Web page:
Joseph Andrews By Henry Fielding Book II: Chapter 6

In short, ladies, to keep you no longer in suspense, Bellarmine, having tried every argument and persuasion which he could invent, and finding them all ineffectual, at length took his leave, but not in order to return to Leonora; he proceeded directly to his own seat, whence, after a few days' stay, he returned to Paris, to the great delight of the French and the honour of the English nation.

But as soon as he arrived at his home he presently despatched a messenger with the following epistle to Leonora: —

"ADORABLE AND CHARMANTE, — I am sorry to have the honour to tell you I am not the heureux person destined for your divine arms. Your papa hath told me so with a politesse not often seen on this side Paris. You may perhaps guess his manner of refusing me. Ah, mon Dieu! You will certainly believe me, madam, incapable myself of delivering this triste message, which I intend to try the French air to cure the consequences of. A jamais! Coeur! Ange! Au diable! If your papa obliges you to a marriage, I hope we shall see you at Paris; till when, the wind that flows from thence will be the warmest dans le monde, for it will consist almost entirely of my sighs. Adieu, ma princesse! Ah, l'amour!


I shall not attempt, ladies, to describe Leonora's condition when she received this letter. It is a picture of horror, which I should have as little pleasure in drawing as you in beholding. She immediately left the place where she was the subject of conversation and ridicule, and retired to that house I showed you when I began the story; where she hath ever since led a disconsolate life, and deserves, perhaps, pity for her misfortunes, more than our censure for a behaviour to which the artifices of her aunt very probably contributed, and to which very young women are often rendered too liable by that blameable levity in the education of our sex.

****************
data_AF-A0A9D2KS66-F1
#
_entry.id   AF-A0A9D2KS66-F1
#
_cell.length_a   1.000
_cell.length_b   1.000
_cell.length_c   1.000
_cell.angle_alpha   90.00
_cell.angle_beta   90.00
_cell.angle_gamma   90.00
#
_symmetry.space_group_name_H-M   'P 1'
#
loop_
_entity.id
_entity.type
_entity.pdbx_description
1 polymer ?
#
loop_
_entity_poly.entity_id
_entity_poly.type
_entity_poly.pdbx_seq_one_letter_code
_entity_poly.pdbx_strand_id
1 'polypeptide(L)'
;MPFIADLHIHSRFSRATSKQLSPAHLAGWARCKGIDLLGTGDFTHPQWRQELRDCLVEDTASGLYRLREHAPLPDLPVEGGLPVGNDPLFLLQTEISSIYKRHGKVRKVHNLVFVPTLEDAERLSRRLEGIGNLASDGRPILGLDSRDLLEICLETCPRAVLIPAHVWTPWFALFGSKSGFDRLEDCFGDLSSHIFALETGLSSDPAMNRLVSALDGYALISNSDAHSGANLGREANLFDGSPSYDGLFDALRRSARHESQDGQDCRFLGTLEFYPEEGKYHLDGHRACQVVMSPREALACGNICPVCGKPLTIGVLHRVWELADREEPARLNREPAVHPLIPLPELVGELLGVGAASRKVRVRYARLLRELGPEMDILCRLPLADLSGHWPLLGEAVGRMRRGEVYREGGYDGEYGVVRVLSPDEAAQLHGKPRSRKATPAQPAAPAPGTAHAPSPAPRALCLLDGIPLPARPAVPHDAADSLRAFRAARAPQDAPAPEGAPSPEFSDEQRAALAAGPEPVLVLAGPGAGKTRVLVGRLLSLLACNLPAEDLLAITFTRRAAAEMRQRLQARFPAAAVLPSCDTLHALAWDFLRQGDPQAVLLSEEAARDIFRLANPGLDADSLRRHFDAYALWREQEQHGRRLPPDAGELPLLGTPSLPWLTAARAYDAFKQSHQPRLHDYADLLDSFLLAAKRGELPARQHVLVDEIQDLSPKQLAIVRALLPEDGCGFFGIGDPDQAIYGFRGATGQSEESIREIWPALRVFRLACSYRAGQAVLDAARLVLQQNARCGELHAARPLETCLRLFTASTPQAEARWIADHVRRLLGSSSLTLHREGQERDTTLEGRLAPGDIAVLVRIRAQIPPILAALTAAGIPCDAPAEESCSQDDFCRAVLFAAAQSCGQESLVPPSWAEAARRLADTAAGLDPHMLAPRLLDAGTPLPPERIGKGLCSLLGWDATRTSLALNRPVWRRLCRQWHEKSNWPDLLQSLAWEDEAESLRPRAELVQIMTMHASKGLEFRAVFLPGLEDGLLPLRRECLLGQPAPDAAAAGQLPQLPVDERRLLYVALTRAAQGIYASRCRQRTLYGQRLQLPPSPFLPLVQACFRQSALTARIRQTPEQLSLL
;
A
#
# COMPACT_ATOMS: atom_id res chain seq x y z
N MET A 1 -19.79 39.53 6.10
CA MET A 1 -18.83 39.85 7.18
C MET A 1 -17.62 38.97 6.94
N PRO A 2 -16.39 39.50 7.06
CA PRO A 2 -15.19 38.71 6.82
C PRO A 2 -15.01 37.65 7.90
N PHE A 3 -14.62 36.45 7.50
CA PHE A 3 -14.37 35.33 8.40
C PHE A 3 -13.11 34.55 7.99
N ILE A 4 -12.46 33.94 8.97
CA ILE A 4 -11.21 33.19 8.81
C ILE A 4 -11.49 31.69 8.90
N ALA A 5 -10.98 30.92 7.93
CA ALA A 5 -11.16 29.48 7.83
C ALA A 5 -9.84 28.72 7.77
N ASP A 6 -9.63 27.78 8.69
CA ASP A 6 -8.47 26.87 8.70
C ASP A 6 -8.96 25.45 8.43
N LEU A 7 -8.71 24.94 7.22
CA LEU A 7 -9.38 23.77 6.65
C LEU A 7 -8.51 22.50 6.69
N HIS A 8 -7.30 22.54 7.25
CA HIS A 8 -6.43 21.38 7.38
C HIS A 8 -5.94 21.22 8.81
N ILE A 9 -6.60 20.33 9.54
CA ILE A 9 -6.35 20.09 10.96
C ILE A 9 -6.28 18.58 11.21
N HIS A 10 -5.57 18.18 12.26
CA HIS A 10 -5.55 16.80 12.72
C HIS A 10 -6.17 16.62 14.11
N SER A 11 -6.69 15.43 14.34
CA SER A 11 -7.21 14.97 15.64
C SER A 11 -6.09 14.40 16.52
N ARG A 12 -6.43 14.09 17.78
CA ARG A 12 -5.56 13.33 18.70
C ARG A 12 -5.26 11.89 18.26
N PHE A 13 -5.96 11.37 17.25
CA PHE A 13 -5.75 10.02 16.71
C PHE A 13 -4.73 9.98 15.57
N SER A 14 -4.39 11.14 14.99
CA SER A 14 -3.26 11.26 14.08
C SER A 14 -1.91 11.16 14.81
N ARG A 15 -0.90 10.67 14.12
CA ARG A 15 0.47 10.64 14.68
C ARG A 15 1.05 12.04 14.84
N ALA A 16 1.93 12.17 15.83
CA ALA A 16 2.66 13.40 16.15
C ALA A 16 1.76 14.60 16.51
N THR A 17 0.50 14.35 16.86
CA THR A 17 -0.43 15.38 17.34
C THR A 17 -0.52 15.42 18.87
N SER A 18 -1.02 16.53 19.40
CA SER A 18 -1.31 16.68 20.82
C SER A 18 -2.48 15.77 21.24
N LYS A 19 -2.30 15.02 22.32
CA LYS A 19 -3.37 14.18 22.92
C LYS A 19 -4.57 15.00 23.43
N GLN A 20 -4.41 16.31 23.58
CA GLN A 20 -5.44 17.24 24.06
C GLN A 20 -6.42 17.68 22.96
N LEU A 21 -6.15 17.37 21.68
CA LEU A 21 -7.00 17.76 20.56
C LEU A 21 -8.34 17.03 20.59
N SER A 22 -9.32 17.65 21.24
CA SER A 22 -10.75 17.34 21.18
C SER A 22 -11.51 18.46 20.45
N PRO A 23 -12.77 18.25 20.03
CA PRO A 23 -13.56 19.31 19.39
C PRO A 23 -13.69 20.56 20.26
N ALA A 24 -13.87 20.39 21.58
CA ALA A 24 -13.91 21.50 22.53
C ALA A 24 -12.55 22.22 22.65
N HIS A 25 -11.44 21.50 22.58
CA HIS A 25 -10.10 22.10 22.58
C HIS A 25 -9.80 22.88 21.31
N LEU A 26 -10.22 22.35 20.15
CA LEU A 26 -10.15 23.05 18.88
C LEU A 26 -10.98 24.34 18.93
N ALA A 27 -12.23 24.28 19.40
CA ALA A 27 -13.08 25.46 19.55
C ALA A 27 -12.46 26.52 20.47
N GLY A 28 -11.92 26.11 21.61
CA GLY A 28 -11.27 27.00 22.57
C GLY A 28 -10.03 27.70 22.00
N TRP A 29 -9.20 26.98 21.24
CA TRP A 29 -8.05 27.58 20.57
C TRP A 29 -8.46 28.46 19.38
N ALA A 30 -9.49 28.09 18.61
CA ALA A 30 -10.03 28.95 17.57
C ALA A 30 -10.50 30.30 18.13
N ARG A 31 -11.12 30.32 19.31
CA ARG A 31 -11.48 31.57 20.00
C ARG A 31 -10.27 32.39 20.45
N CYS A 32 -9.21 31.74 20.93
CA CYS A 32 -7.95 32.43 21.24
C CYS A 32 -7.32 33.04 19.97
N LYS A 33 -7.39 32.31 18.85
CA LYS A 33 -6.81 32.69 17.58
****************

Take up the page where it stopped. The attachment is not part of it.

"If I was inclined to pity her," said a young lady in the coach, "it would be for the loss of Horatio; for I cannot discern any misfortune in her missing such a husband as Bellarmine."

"Why, I must own," says Slipslop, "the gentleman was a little false-hearted; but howsumever, it was hard to have two lovers, and get never a husband at all. But pray, madam, what became of Our-asho?"

He remains, said the lady, still unmarried, and hath applied himself so strictly to his business, that he hath raised, I hear, a very considerable fortune. And what is remarkable, they say he never hears the name of Leonora without a sigh, nor hath ever uttered one syllable to charge her with her ill-conduct towards him.

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